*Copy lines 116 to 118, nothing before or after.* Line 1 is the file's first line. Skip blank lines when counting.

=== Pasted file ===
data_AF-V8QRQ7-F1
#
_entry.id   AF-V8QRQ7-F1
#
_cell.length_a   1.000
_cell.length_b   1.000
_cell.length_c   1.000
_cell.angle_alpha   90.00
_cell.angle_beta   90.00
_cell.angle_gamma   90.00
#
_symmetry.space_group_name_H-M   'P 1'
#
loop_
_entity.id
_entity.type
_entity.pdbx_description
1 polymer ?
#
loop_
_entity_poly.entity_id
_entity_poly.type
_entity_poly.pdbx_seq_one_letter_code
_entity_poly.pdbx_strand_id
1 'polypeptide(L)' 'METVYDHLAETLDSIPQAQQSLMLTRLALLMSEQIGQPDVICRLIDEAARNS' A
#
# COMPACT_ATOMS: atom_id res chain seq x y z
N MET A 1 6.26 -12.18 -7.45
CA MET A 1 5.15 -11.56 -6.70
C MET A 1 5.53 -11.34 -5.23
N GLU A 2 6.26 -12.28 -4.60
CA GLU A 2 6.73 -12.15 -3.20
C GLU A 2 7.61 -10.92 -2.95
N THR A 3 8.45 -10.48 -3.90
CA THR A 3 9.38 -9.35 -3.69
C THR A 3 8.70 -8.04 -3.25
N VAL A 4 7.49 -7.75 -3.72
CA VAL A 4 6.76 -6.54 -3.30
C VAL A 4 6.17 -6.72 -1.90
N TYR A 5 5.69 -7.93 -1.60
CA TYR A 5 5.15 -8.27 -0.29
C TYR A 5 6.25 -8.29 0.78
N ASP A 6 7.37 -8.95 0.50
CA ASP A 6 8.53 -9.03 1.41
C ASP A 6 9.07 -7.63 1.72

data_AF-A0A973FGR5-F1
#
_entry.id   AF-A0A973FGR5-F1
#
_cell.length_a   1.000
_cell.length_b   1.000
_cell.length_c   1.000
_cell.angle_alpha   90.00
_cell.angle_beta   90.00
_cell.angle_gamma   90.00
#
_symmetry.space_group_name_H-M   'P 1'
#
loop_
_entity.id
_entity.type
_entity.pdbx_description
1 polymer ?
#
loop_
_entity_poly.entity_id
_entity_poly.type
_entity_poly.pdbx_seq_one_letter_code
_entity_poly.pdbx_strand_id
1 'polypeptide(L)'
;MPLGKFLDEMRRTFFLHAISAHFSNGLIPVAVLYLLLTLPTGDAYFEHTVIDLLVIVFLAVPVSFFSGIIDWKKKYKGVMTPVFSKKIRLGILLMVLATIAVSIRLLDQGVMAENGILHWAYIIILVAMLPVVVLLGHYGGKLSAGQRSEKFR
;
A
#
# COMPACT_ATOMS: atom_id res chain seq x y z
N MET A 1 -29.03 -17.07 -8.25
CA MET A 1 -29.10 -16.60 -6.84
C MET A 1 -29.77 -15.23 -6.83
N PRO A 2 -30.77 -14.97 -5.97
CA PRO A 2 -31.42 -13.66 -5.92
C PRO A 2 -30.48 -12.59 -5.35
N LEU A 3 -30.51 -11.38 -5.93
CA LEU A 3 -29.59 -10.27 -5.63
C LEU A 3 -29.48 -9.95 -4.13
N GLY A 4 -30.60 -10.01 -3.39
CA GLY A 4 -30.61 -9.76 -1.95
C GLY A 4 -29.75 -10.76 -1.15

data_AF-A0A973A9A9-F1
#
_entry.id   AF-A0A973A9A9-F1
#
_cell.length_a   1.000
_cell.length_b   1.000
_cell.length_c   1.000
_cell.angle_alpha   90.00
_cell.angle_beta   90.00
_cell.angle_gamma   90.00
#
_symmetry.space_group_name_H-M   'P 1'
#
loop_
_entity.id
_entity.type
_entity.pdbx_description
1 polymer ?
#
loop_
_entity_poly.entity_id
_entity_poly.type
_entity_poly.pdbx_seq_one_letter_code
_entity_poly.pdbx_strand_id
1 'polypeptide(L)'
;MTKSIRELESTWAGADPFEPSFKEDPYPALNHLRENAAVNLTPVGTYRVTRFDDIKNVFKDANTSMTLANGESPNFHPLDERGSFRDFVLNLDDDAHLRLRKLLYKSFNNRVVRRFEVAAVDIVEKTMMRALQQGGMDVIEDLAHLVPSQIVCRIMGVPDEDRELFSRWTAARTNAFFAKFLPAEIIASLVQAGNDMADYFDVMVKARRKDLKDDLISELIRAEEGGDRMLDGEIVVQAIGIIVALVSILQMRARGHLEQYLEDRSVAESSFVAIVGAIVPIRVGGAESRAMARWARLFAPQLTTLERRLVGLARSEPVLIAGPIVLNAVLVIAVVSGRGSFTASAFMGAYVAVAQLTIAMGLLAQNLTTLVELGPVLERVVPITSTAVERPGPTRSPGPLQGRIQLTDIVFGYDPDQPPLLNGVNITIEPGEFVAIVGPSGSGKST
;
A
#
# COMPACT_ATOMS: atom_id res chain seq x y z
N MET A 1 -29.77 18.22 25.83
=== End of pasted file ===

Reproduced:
#
# COMPACT_ATOMS: atom_id res chain seq x y z
N MET A 1 -29.77 18.22 25.83